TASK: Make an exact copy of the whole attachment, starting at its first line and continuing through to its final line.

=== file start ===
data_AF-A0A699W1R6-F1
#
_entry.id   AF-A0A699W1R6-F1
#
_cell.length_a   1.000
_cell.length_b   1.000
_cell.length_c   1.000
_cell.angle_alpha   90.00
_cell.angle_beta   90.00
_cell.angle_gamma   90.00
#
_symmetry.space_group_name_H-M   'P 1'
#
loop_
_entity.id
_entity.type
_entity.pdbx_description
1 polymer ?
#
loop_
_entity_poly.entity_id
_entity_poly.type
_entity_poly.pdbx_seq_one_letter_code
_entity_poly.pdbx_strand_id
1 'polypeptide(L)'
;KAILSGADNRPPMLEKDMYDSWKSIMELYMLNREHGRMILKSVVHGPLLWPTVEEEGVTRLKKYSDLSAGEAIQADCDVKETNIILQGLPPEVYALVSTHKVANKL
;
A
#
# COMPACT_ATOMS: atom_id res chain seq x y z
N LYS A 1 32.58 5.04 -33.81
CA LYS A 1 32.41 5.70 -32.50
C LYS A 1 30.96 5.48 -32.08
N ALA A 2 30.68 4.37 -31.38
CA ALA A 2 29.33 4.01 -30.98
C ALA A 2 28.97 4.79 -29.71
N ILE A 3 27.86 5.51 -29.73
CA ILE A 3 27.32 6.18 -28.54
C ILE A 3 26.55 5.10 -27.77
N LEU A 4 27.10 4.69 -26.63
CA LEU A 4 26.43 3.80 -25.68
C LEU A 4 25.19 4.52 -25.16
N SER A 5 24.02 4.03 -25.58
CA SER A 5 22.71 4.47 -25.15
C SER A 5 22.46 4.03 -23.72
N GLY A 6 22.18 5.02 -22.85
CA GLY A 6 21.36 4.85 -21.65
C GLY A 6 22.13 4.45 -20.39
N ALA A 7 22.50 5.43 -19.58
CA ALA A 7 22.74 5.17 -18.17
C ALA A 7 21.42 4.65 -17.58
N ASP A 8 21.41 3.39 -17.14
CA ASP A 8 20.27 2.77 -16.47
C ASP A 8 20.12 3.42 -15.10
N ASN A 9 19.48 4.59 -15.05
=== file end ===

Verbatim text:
data_AF-A0A699W1R6-F1
#
_entry.id   AF-A0A699W1R6-F1
#
_cell.length_a   1.000
_cell.length_b   1.000
_cell.length_c   1.000
_cell.angle_alpha   90.00
_cell.angle_beta   90.00
_cell.angle_gamma   90.00
#
_symmetry.space_group_name_H-M   'P 1'
#
loop_
_entity.id
_entity.type
_entity.pdbx_description
1 polymer ?
#
loop_
_entity_poly.entity_id
_entity_poly.type
_entity_poly.pdbx_seq_one_letter_code
_entity_poly.pdbx_strand_id
1 'polypeptide(L)'
;KAILSGADNRPPMLEKDMYDSWKSIMELYMLNREHGRMILKSVVHGPLLWPTVEEEGVTRLKKYSDLSAGEAIQADCDVKETNIILQGLPPEVYALVSTHKVANKL
;
A
#
# COMPACT_ATOMS: atom_id res chain seq x y z
N LYS A 1 32.58 5.04 -33.81
CA LYS A 1 32.41 5.70 -32.50
C LYS A 1 30.96 5.48 -32.08
N ALA A 2 30.68 4.37 -31.38
CA ALA A 2 29.33 4.01 -30.98
C ALA A 2 28.97 4.79 -29.71
N ILE A 3 27.86 5.51 -29.73
CA ILE A 3 27.32 6.18 -28.54
C ILE A 3 26.55 5.10 -27.77
N LEU A 4 27.10 4.69 -26.63
CA LEU A 4 26.43 3.80 -25.68
C LEU A 4 25.19 4.52 -25.16
N SER A 5 24.02 4.03 -25.58
CA SER A 5 22.71 4.47 -25.15
C SER A 5 22.46 4.03 -23.72
N GLY A 6 22.18 5.02 -22.85
CA GLY A 6 21.36 4.85 -21.65
C GLY A 6 22.13 4.45 -20.39
N ALA A 7 22.50 5.43 -19.58
CA ALA A 7 22.74 5.17 -18.17
C ALA A 7 21.42 4.65 -17.58
N ASP A 8 21.41 3.39 -17.14
CA ASP A 8 20.27 2.77 -16.47
C ASP A 8 20.12 3.42 -15.10
N ASN A 9 19.48 4.59 -15.05